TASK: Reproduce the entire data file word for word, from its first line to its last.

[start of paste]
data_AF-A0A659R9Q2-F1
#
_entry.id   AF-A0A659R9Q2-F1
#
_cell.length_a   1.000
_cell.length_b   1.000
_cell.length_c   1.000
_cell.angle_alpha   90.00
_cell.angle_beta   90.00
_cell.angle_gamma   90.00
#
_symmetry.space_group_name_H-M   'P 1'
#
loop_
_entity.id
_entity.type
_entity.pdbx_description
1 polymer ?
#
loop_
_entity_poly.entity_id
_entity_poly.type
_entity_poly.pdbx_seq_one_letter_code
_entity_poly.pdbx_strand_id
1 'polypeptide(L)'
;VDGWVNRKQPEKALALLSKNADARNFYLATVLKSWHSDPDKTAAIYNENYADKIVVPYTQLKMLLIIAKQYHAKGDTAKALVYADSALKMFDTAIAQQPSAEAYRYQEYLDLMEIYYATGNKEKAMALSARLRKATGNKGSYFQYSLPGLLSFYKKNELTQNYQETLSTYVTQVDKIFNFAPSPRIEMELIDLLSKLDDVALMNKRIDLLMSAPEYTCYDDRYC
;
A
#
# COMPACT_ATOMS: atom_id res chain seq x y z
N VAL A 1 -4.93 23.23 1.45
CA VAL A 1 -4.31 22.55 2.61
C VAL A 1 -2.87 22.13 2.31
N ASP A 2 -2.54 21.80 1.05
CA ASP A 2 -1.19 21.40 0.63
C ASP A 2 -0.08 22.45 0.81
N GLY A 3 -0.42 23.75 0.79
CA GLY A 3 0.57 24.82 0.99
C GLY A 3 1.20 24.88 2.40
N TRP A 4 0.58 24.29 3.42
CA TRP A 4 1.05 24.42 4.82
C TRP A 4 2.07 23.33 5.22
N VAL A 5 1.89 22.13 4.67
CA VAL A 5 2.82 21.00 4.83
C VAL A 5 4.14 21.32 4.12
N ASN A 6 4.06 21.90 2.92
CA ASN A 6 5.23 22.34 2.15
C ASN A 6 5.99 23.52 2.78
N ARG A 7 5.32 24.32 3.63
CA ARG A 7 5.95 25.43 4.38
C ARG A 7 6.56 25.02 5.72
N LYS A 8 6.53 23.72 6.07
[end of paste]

data_AF-A0A659R9Q2-F1
#
_entry.id   AF-A0A659R9Q2-F1
#
_cell.length_a   1.000
_cell.length_b   1.000
_cell.length_c   1.000
_cell.angle_alpha   90.00
_cell.angle_beta   90.00
_cell.angle_gamma   90.00
#
_symmetry.space_group_name_H-M   'P 1'
#
loop_
_entity.id
_entity.type
_entity.pdbx_description
1 polymer ?
#
loop_
_entity_poly.entity_id
_entity_poly.type
_entity_poly.pdbx_seq_one_letter_code
_entity_poly.pdbx_strand_id
1 'polypeptide(L)'
;VDGWVNRKQPEKALALLSKNADARNFYLATVLKSWHSDPDKTAAIYNENYADKIVVPYTQLKMLLIIAKQYHAKGDTAKALVYADSALKMFDTAIAQQPSAEAYRYQEYLDLMEIYYATGNKEKAMALSARLRKATGNKGSYFQYSLPGLLSFYKKNELTQNYQETLSTYVTQVDKIFNFAPSPRIEMELIDLLSKLDDVALMNKRIDLLMSAPEYTCYDDRYC
;
A
#
# COMPACT_ATOMS: atom_id res chain seq x y z
N VAL A 1 -4.93 23.23 1.45
CA VAL A 1 -4.31 22.55 2.61
C VAL A 1 -2.87 22.13 2.31
N ASP A 2 -2.54 21.80 1.05
CA ASP A 2 -1.19 21.40 0.63
C ASP A 2 -0.08 22.45 0.81
N GLY A 3 -0.42 23.75 0.79
CA GLY A 3 0.57 24.82 0.99
C GLY A 3 1.20 24.88 2.40
N TRP A 4 0.58 24.29 3.42
CA TRP A 4 1.05 24.42 4.82
C TRP A 4 2.07 23.33 5.22
N VAL A 5 1.89 22.13 4.67
CA VAL A 5 2.82 21.00 4.83
C VAL A 5 4.14 21.32 4.12
N ASN A 6 4.06 21.90 2.92
CA ASN A 6 5.23 22.34 2.15
C ASN A 6 5.99 23.52 2.78
N ARG A 7 5.32 24.32 3.63
CA ARG A 7 5.95 25.43 4.38
C ARG A 7 6.56 25.02 5.72
N LYS A 8 6.53 23.72 6.07